Canadian retailer commits to no-Photoshop policy

Canadian women’s clothing chain, Jacob has said that it will not allow any of its photos to be touched up in any way. They are trying to build some brand equity as being an honest company. They hope that when people see their clothes on models in their photos they will believe that the clothes will look the same way on them. They know that people are well aware that most photos of this kind are touched up and cannot be trusted so they hope that will give them an advantage.

I’m not sure how much this will really boost their sales, but they did make it on to the Toronto Star when it was announced so that publicity will probably help somewhat. This strategy they are employing seems like it may be something that won’t have a big impact right away, but if it is a part of a larger strategy to be more honest with the customers then it can pay off in the long run. However, they better make sure that their photos don’t look bad now that they can’t touch them up, otherwise this whole plan can backfire.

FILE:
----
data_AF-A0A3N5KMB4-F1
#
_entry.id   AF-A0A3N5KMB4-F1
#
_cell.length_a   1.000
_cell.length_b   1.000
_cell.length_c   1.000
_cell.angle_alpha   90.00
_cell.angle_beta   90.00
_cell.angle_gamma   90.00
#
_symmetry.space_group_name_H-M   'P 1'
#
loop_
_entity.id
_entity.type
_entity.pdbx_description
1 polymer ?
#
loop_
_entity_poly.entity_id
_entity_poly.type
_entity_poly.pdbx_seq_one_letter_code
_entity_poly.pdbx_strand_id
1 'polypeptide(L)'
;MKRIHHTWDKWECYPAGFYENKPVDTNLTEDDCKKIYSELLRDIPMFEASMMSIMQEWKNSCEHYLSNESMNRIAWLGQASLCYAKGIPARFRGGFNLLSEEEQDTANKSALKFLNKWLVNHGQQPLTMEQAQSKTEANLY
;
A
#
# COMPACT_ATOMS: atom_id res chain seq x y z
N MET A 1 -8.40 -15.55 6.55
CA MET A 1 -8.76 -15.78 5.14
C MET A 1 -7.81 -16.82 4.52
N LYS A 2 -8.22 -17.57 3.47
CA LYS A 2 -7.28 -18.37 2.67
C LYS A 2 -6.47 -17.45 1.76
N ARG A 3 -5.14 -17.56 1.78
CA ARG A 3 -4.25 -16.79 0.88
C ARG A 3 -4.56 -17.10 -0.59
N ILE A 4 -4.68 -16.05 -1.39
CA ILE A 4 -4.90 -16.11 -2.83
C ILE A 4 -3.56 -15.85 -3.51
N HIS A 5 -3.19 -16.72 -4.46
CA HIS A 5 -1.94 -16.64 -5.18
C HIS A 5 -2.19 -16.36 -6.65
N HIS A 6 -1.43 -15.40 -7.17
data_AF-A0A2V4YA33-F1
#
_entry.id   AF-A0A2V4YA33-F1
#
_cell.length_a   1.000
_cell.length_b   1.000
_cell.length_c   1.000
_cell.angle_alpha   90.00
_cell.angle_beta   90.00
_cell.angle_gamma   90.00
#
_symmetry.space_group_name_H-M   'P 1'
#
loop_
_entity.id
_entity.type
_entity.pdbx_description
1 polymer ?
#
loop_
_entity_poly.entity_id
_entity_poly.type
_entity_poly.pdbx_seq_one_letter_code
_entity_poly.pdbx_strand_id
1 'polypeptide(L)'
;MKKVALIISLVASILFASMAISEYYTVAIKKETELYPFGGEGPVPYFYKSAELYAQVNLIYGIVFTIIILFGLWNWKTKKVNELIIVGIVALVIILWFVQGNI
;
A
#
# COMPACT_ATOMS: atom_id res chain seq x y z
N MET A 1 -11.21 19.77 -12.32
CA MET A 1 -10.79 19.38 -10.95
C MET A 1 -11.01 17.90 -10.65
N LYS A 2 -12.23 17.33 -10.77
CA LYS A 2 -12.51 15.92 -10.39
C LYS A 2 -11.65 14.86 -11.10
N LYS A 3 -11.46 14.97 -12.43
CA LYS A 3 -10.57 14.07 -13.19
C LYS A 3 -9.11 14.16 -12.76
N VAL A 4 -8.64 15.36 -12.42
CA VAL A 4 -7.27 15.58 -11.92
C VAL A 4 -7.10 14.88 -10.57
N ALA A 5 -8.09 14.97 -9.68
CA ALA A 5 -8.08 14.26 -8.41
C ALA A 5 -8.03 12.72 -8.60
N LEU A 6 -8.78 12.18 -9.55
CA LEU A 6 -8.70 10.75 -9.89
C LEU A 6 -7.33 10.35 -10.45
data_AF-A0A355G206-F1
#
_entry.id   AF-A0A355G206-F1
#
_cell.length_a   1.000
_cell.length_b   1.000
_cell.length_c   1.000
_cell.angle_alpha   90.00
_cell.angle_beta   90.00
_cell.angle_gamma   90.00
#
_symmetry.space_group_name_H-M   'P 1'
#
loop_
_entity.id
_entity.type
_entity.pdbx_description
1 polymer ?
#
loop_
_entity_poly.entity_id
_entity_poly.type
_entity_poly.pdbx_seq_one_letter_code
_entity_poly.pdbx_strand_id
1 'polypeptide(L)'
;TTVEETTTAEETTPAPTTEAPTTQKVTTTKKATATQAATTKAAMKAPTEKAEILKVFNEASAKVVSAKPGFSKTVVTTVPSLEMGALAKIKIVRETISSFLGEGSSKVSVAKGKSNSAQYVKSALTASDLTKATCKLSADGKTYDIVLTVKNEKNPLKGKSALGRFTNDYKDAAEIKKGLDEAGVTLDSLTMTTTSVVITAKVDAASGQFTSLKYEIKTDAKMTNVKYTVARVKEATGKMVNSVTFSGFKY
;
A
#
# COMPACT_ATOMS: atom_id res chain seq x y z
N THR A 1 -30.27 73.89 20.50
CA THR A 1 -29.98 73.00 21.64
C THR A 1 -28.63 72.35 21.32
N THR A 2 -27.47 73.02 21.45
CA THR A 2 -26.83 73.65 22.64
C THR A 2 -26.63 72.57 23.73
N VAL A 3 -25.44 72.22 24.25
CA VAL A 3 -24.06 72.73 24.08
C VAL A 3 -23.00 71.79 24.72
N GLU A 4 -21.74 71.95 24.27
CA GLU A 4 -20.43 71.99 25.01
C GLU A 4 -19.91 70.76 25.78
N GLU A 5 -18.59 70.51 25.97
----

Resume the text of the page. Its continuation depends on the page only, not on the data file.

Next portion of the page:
I am not familiar with another company that has tried this exact strategy before so there is not much history to go on when predicting its success level. The only things one can use in this situation is using a good understanding of how people and the world works, as well as, common sense. Assuming they won’t get too much publicity other than the newspaper article for the one day, this is not likely to be a massive hit, like I mentioned. However, I admire their effort and creativity for trying a new approach. It is also smart thinking because it’s not a strategy that is very costly. It is likely a low risk, low reward strategy for them which can sometimes be very useful.